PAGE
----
AMSTERDAM (Reuters) - A Dutch appeals court in The Hague on Tuesday ruled that a lawsuit brought by five Indonesians who hold the Netherlands responsible for the execution of their fathers by Dutch soldiers in 1947 must be heard.
The Dutch state has claimed that the acts in its former colony had happened too long ago for it to be held responsible. But the court rejected this, citing the exceptional level of violence and the extent to which the Dutch state is culpable.
The alleged execution of the five men occurred during the Indonesian war of independence which started after the end of World War II in 1945 and ended in 1949 when the Netherlands recognized the independence of its former colony.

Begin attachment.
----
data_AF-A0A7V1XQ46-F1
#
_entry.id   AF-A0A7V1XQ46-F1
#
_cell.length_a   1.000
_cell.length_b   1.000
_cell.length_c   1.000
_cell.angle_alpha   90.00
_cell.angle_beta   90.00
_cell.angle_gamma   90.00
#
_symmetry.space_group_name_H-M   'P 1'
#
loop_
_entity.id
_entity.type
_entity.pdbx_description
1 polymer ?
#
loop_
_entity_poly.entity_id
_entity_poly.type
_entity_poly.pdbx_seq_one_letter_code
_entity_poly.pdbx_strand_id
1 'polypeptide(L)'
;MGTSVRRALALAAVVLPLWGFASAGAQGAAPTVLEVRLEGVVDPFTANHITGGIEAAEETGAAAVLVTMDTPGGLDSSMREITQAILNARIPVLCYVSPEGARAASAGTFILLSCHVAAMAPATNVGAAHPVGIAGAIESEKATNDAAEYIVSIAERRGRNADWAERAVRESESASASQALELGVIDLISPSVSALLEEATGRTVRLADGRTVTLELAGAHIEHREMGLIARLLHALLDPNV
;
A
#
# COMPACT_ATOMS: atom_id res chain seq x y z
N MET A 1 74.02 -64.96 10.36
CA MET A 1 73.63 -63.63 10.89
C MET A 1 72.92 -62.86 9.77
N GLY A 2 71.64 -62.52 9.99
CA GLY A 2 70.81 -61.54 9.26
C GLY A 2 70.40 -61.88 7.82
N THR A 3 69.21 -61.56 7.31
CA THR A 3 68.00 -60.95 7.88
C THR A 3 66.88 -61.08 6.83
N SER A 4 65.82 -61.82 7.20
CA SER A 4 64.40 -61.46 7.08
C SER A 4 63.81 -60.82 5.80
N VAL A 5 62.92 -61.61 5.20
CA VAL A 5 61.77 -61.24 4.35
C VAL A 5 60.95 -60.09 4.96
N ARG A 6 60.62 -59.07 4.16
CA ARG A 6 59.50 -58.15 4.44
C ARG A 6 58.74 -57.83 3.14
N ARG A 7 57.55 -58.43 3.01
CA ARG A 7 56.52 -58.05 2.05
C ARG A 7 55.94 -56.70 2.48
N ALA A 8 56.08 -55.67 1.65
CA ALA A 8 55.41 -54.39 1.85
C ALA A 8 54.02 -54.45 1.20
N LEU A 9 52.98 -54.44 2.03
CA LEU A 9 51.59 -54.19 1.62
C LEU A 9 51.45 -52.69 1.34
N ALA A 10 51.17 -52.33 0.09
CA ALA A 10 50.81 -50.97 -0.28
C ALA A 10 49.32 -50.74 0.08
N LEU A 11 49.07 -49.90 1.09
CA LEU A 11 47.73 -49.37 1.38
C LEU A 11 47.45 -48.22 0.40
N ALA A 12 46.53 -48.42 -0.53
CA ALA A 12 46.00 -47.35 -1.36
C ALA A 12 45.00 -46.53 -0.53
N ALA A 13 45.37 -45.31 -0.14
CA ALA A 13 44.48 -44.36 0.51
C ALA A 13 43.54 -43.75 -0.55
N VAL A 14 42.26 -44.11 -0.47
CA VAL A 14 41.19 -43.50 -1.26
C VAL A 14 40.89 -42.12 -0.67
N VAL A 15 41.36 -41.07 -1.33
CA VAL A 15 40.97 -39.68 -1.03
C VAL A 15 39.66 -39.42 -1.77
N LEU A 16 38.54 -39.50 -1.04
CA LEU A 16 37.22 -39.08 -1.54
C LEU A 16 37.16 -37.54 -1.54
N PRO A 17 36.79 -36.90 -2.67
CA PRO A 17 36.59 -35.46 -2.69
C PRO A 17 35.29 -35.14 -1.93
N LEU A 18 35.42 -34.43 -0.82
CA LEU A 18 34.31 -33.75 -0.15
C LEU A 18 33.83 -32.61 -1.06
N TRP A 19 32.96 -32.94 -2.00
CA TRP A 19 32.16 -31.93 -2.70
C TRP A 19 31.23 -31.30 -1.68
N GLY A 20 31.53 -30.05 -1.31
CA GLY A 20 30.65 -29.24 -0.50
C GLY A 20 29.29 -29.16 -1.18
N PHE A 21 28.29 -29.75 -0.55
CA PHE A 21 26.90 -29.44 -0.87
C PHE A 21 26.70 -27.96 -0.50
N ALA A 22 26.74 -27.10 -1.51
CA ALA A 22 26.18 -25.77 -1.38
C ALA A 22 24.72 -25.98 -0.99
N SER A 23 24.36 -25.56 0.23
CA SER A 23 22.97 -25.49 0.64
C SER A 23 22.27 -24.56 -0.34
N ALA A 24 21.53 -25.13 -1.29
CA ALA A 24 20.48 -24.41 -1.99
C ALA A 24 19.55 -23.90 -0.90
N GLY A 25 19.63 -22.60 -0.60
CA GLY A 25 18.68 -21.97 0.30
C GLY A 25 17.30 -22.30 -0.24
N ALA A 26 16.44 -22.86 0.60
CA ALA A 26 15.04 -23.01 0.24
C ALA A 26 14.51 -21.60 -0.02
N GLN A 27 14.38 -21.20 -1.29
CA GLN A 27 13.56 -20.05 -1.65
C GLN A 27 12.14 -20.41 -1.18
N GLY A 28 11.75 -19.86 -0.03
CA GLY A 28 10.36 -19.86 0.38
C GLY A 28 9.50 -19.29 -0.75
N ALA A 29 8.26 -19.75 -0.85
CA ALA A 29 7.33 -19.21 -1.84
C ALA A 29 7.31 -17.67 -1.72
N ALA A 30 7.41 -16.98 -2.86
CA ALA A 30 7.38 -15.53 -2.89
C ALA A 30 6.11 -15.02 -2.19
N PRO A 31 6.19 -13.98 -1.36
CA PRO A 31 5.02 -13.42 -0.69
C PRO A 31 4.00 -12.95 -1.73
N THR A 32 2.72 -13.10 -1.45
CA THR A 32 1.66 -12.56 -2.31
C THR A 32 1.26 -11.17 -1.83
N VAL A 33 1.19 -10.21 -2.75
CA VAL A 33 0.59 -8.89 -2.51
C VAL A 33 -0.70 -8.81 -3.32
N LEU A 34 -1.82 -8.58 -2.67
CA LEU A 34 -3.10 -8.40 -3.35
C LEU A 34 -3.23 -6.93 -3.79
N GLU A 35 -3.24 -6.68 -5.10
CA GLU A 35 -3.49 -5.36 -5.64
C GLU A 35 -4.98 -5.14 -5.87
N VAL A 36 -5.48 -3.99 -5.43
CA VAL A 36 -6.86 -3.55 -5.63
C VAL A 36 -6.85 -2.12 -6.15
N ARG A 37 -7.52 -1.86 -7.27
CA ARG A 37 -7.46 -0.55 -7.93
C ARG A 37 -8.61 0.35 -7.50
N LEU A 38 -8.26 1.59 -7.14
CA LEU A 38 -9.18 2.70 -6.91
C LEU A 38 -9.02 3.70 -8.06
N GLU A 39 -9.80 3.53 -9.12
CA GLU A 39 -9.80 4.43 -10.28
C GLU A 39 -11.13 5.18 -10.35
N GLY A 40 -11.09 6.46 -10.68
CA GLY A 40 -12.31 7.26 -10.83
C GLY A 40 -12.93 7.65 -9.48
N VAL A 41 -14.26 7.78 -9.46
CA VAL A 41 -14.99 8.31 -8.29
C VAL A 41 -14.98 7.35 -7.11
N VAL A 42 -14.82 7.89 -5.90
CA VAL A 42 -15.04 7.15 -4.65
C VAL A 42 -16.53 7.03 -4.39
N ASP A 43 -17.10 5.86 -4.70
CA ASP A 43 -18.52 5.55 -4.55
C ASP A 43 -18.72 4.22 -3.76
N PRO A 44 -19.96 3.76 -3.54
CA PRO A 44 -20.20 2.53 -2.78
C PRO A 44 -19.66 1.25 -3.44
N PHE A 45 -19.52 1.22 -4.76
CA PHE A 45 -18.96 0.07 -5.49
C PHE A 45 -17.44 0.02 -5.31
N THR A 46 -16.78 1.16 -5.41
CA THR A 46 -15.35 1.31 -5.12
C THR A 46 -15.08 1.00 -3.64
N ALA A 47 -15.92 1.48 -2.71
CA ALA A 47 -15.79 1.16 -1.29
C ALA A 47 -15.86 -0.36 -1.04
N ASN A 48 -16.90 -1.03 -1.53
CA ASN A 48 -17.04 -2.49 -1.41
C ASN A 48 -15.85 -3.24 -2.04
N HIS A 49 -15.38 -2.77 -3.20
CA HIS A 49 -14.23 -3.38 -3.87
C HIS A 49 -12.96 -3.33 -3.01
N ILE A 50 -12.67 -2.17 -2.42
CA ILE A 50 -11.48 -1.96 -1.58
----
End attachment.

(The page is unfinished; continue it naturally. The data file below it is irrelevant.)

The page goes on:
During the conflict, Dutch soldiers executed opponents without any form of trial and tortured prisoners during interrogations, the court said.
A lower court will now hear the case, in which the five Indonesians are suing the Dutch state for compensation, and will try to establish whether the complainants are in fact children of executed men.
This will be hard to prove, the court said, as the Dutch did not register who was shot and when during the conflict, and also made no effort to properly document this once peace was restored.
If their identity is confirmed, the five men and women would be entitled to compensation for the costs of their livelihood during their childhood years.
The court in The Hague on Tuesday also upheld an earlier verdict that an Indonesian man who was tortured by the Dutch was entitled to 5,000 euros ($5,500) in compensation.
Reporting by Bart Meijer, Editing by William Maclean